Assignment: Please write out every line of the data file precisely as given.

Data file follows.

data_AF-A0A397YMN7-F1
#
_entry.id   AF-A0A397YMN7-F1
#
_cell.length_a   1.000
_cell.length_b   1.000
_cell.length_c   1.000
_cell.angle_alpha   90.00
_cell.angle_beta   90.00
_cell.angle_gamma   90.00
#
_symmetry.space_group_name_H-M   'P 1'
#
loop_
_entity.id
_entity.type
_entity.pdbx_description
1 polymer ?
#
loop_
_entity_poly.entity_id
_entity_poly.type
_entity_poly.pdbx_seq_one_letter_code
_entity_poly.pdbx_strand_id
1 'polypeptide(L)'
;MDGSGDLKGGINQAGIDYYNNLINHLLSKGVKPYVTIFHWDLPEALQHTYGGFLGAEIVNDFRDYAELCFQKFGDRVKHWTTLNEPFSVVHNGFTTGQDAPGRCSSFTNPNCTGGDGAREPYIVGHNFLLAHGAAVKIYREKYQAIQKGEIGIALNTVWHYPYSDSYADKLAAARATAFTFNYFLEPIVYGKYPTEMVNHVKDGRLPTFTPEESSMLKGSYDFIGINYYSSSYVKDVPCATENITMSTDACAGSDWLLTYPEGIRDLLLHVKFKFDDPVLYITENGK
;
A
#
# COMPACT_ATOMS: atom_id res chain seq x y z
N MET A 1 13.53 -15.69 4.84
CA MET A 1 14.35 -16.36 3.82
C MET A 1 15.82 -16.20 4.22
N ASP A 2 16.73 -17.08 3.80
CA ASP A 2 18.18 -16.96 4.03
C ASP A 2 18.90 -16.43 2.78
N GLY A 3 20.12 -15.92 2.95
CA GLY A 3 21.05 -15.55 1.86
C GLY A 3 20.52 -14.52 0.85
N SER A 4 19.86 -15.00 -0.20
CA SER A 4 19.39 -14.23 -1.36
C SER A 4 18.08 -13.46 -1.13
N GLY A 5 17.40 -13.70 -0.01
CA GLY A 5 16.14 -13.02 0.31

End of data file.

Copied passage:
data_AF-A0A397YMN7-F1
#
_entry.id   AF-A0A397YMN7-F1
#
_cell.length_a   1.000
_cell.length_b   1.000
_cell.length_c   1.000
_cell.angle_alpha   90.00
_cell.angle_beta   90.00
_cell.angle_gamma   90.00
#
_symmetry.space_group_name_H-M   'P 1'
#
loop_
_entity.id
_entity.type
_entity.pdbx_description
1 polymer ?
#
loop_
_entity_poly.entity_id
_entity_poly.type
_entity_poly.pdbx_seq_one_letter_code
_entity_poly.pdbx_strand_id
1 'polypeptide(L)'
;MDGSGDLKGGINQAGIDYYNNLINHLLSKGVKPYVTIFHWDLPEALQHTYGGFLGAEIVNDFRDYAELCFQKFGDRVKHWTTLNEPFSVVHNGFTTGQDAPGRCSSFTNPNCTGGDGAREPYIVGHNFLLAHGAAVKIYREKYQAIQKGEIGIALNTVWHYPYSDSYADKLAAARATAFTFNYFLEPIVYGKYPTEMVNHVKDGRLPTFTPEESSMLKGSYDFIGINYYSSSYVKDVPCATENITMSTDACAGSDWLLTYPEGIRDLLLHVKFKFDDPVLYITENGK
;
A
#
# COMPACT_ATOMS: atom_id res chain seq x y z
N MET A 1 13.53 -15.69 4.84
CA MET A 1 14.35 -16.36 3.82
C MET A 1 15.82 -16.20 4.22
N ASP A 2 16.73 -17.08 3.80
CA ASP A 2 18.18 -16.96 4.03
C ASP A 2 18.90 -16.43 2.78
N GLY A 3 20.12 -15.92 2.95
CA GLY A 3 21.05 -15.55 1.86
C GLY A 3 20.52 -14.52 0.85
N SER A 4 19.86 -15.00 -0.20
CA SER A 4 19.39 -14.23 -1.36
C SER A 4 18.08 -13.46 -1.13
N GLY A 5 17.40 -13.70 -0.01
CA GLY A 5 16.14 -13.02 0.31